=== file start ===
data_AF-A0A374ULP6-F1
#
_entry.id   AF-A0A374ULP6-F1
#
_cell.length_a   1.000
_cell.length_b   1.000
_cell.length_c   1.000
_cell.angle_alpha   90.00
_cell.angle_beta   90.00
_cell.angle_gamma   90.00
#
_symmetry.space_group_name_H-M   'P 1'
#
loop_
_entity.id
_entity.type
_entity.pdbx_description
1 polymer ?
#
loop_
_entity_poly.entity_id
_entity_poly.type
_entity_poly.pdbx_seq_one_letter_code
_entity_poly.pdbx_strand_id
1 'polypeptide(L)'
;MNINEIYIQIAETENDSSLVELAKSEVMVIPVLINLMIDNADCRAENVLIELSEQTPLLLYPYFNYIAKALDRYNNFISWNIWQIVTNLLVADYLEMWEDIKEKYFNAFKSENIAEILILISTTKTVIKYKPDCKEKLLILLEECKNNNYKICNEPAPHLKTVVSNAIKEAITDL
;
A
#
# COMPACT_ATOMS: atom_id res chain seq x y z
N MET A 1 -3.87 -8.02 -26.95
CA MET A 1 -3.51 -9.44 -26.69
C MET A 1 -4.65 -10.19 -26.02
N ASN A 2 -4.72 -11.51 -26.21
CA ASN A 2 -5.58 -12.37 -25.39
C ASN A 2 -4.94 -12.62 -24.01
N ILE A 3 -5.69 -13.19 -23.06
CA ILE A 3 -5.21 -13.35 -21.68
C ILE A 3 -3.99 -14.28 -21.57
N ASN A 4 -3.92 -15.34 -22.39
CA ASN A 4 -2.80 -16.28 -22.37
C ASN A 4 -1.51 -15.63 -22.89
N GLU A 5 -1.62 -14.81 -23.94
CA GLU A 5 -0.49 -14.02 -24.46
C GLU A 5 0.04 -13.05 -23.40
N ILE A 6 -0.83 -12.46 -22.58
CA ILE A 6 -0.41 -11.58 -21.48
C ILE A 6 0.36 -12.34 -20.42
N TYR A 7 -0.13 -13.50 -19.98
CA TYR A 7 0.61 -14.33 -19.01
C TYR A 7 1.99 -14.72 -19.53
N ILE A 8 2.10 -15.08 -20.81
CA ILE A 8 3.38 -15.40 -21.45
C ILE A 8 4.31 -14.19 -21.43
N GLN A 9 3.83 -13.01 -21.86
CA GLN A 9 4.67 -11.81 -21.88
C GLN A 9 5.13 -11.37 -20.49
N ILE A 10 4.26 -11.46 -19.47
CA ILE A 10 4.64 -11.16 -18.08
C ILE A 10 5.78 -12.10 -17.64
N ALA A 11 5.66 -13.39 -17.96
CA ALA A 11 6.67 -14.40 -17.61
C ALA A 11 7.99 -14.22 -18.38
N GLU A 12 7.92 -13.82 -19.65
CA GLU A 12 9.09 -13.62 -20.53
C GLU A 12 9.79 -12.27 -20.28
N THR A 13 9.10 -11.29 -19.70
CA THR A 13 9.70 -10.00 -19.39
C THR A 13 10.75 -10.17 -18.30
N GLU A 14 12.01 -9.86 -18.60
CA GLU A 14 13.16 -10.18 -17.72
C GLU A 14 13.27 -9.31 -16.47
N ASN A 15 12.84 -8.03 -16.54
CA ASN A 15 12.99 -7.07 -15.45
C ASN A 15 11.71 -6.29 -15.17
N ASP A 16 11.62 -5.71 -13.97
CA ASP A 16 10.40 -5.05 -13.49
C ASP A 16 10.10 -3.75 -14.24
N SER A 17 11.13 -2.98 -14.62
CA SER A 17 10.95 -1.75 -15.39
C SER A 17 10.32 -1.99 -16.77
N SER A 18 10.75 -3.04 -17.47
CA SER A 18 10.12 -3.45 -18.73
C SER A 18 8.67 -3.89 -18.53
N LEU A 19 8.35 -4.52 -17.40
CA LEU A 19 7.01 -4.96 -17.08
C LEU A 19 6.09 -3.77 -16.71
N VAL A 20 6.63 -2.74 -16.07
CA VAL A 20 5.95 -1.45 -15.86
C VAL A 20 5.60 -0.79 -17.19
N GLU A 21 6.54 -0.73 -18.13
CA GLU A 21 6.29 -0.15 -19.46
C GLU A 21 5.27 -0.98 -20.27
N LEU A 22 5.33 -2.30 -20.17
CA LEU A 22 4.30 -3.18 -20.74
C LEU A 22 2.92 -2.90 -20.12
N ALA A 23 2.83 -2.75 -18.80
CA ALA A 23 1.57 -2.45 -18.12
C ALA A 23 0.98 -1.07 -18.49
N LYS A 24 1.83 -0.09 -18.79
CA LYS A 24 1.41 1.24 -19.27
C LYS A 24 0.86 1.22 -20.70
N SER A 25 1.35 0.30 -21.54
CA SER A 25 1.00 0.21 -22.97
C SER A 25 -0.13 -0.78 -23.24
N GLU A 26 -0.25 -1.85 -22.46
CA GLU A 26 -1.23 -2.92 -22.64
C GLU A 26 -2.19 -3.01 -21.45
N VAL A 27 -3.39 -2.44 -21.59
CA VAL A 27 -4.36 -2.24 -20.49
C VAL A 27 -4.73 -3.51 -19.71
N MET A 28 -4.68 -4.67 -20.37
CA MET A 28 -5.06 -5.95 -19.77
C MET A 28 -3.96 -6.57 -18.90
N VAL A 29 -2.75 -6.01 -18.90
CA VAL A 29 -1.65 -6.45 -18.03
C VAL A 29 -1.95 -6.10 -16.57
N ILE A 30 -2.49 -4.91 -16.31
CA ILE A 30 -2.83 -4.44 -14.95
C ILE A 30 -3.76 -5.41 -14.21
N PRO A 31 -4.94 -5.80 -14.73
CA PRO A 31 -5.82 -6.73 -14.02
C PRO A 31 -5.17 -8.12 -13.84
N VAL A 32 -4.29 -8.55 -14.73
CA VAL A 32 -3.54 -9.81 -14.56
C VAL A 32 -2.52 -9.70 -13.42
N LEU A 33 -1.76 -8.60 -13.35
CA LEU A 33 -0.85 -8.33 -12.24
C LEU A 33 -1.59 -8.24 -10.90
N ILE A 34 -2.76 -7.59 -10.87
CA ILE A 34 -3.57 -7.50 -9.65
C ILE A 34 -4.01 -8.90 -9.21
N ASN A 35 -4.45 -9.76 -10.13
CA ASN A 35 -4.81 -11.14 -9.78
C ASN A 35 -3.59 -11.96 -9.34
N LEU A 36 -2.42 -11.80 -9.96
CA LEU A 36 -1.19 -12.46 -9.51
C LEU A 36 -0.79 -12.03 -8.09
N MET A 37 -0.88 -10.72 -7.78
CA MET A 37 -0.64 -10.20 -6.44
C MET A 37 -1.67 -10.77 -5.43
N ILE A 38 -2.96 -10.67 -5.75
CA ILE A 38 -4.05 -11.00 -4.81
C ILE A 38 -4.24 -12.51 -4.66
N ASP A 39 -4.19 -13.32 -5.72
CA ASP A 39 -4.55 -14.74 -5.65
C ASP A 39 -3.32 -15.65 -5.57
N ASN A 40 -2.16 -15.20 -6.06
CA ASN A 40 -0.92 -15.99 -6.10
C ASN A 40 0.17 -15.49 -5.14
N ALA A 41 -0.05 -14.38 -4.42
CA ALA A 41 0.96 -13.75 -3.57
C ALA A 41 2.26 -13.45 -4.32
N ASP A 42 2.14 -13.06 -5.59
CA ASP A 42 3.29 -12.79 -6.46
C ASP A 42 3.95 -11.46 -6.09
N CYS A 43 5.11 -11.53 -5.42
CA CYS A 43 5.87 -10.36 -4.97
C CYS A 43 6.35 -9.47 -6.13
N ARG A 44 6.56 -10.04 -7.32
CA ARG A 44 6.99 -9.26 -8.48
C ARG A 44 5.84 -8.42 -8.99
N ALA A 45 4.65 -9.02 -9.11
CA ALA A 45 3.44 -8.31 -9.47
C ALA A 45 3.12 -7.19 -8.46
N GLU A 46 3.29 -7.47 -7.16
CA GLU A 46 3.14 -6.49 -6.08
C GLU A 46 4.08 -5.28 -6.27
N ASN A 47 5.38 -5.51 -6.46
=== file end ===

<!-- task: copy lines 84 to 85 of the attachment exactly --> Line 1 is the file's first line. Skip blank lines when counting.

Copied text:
C SER A 18 8.67 -3.89 -18.53
N LEU A 19 8.35 -4.52 -17.40